After heatgunning, I put it between two layers of crincled organza (it was sold as curtain fabric) with spunfab (like bondaweb) on each piece of organza. The organza is lilac in colour, I’ll have to shoot this again in better light.
Well, I was at it again. This time I wove polyester organza stripes into a piece of jute scrim. Then I heatgunned it with low heat, the label says that is 350 °C but I doubt the cheap thingy really gets that hot. As you can see, it didn’t really distort but the stripes partially turned into little pieces of plastic that nearly fell off. So I decided to trap the thing between two layers of nylon chiffon scarf and spunfab (similar to bondaweb).
The nylon scarf is nicely translucent, but also too loose and thin to keep the spunfab from showing and even spilling through. Maybe it would have been good to use some carrier fabric on the underside instead of another layer of chiffon.
It will need some stitching to turn it into something else than a curious sample. Well, maybe it’s time that I do something with some of the experimental samples I did lately instead of producing new ones ll the time. But this melting stuff is so much fun and not very time-consuming, so just what I need.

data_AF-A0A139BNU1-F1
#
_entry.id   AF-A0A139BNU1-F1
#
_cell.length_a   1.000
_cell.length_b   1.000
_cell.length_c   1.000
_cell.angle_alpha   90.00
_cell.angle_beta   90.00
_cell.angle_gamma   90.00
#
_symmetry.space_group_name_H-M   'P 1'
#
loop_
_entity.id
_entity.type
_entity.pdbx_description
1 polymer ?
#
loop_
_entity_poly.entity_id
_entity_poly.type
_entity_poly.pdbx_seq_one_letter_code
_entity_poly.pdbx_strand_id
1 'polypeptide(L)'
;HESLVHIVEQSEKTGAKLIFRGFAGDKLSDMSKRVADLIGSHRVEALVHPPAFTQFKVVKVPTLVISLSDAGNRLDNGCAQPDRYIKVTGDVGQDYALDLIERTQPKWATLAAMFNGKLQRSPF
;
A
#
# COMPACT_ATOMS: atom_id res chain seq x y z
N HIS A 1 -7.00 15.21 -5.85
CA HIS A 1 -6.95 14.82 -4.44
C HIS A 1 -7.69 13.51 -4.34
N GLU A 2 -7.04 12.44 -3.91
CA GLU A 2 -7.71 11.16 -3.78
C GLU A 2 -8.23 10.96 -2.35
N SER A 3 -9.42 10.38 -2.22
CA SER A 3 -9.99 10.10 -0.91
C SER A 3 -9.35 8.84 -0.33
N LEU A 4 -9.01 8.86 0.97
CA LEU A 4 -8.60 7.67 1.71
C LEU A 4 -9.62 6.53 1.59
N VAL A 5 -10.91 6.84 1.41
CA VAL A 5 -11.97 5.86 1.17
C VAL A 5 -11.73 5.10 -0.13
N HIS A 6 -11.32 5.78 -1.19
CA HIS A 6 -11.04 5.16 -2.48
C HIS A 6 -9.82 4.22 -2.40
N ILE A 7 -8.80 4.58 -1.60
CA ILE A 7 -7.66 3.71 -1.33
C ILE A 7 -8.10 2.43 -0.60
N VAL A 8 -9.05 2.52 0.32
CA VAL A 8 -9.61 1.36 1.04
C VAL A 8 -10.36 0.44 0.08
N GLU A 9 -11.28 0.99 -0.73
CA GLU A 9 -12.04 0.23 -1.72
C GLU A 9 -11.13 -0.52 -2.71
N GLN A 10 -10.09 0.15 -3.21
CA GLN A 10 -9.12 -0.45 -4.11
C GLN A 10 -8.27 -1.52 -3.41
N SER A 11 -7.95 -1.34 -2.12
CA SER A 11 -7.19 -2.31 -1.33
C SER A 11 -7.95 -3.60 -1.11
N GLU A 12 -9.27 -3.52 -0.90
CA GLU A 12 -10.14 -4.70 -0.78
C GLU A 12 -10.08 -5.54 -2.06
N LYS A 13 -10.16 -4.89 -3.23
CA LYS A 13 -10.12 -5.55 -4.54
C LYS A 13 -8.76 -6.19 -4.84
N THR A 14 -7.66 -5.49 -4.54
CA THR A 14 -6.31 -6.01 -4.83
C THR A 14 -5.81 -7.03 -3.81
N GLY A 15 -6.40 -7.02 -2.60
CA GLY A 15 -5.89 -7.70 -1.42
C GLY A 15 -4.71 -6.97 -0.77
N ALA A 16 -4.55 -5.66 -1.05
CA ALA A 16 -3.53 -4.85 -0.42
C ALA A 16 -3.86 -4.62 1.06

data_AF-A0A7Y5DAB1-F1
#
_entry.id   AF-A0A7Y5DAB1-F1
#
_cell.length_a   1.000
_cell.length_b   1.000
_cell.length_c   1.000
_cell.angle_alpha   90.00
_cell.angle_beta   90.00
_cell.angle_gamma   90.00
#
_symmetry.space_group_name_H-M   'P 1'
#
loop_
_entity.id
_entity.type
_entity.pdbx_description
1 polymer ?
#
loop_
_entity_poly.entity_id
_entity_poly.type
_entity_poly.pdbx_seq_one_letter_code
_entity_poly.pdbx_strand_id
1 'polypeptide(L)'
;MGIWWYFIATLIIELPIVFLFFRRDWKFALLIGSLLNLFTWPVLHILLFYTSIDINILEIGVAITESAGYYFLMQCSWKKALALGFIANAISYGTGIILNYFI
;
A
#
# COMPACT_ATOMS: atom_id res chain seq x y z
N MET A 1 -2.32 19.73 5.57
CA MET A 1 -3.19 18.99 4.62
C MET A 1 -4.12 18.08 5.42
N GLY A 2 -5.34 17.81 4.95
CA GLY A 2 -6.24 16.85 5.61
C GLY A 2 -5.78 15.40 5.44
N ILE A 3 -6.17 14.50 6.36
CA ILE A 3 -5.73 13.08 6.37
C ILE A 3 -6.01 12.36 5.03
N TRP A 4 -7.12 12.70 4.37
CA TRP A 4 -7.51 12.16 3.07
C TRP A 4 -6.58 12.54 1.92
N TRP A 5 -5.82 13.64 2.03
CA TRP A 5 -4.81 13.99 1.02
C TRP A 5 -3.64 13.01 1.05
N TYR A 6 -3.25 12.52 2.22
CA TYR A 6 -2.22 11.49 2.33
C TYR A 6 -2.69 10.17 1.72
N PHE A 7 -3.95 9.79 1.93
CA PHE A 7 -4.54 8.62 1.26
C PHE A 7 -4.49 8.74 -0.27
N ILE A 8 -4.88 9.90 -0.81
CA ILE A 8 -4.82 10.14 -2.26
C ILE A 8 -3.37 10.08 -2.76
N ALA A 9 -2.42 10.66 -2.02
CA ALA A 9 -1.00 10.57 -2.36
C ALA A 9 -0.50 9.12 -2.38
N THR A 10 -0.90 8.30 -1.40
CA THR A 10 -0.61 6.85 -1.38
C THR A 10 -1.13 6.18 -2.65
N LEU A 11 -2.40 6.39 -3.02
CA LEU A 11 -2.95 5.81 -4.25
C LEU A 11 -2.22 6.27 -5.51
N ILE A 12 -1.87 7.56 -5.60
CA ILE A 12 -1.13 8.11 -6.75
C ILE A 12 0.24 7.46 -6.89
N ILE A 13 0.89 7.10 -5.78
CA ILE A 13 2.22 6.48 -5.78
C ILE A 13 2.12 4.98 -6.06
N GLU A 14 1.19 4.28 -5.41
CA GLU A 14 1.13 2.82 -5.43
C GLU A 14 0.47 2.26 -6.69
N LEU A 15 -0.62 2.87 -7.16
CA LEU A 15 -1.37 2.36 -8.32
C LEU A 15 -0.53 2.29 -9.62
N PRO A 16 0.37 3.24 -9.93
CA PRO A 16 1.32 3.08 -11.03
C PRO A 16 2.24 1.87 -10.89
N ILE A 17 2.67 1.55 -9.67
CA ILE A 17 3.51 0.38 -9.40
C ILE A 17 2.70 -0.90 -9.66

The piece before heatgunning:
After treatment with the heat gun:
After putting it between nylon scarf pieces; the whole thing is a bit bigger than a postcard now, but could be trimmed to that size.
A detail of the picture above, it shows the remnants of spunfab.
Im ealier Experimetnts I found this hot pink lutradur hard to melt with a flat iron. I had got it from a craft shop where it was sold for use as floristic ribbon.
In the first trial, I simply heatgunned a piece of it. It shrunk to about half the size and crumpled up nicely without becoming unreasonably stiff or brittle. It was not hard to make it lay flat or or maintain a regular form, This is roughly postcard sized now and will make a good background for something one day, For my taste it is still too thin to use without some kind of backing. This experiment definitely was a success.
The next one was two sheets of the same lutadur, a layer of blue polyester organza trapped between them and the whole thing stitched together with polyester and cotton thread. The whole thing is much less beautiful than the first one, because it became too flat and opaque.
This one is perfectly flat and not brittle either. It is kinda stiff, just enough that it can be worked on further without a backing. Still, two sheets of heavier lutradur like this are probably too much.